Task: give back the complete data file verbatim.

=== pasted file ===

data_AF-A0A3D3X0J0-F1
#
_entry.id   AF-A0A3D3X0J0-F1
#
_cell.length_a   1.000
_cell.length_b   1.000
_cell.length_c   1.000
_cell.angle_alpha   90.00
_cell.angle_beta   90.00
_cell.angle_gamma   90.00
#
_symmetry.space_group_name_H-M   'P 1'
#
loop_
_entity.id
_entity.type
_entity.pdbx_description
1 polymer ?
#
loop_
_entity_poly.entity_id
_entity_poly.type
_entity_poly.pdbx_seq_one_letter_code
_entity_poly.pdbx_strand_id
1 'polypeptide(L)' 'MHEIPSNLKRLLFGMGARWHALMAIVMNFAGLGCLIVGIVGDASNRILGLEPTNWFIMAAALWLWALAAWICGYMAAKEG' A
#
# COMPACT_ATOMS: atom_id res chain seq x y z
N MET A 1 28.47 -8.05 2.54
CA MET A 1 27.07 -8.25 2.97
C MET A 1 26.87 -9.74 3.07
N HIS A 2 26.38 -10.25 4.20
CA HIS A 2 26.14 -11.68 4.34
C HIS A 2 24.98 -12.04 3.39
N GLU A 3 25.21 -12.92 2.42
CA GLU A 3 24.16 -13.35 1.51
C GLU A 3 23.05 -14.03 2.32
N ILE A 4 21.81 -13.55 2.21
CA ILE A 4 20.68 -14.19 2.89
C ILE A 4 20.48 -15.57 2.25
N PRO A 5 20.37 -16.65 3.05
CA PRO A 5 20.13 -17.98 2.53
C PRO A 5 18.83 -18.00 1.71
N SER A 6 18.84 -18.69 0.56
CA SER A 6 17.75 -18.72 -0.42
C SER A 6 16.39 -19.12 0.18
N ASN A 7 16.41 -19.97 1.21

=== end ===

data_AF-A0A3D3X0J0-F1
#
_entry.id   AF-A0A3D3X0J0-F1
#
_cell.length_a   1.000
_cell.length_b   1.000
_cell.length_c   1.000
_cell.angle_alpha   90.00
_cell.angle_beta   90.00
_cell.angle_gamma   90.00
#
_symmetry.space_group_name_H-M   'P 1'
#
loop_
_entity.id
_entity.type
_entity.pdbx_description
1 polymer ?
#
loop_
_entity_poly.entity_id
_entity_poly.type
_entity_poly.pdbx_seq_one_letter_code
_entity_poly.pdbx_strand_id
1 'polypeptide(L)' 'MHEIPSNLKRLLFGMGARWHALMAIVMNFAGLGCLIVGIVGDASNRILGLEPTNWFIMAAALWLWALAAWICGYMAAKEG' A
#
# COMPACT_ATOMS: atom_id res chain seq x y z
N MET A 1 28.47 -8.05 2.54
CA MET A 1 27.07 -8.25 2.97
C MET A 1 26.87 -9.74 3.07
N HIS A 2 26.38 -10.25 4.20
CA HIS A 2 26.14 -11.68 4.34
C HIS A 2 24.98 -12.04 3.39
N GLU A 3 25.21 -12.92 2.42
CA GLU A 3 24.16 -13.35 1.51
C GLU A 3 23.05 -14.03 2.32
N ILE A 4 21.81 -13.55 2.21
CA ILE A 4 20.68 -14.19 2.89
C ILE A 4 20.48 -15.57 2.25
N PRO A 5 20.37 -16.65 3.05
CA PRO A 5 20.13 -17.98 2.53
C PRO A 5 18.83 -18.00 1.71
N SER A 6 18.84 -18.69 0.56
CA SER A 6 17.75 -18.72 -0.42
C SER A 6 16.39 -19.12 0.18
N ASN A 7 16.41 -19.97 1.21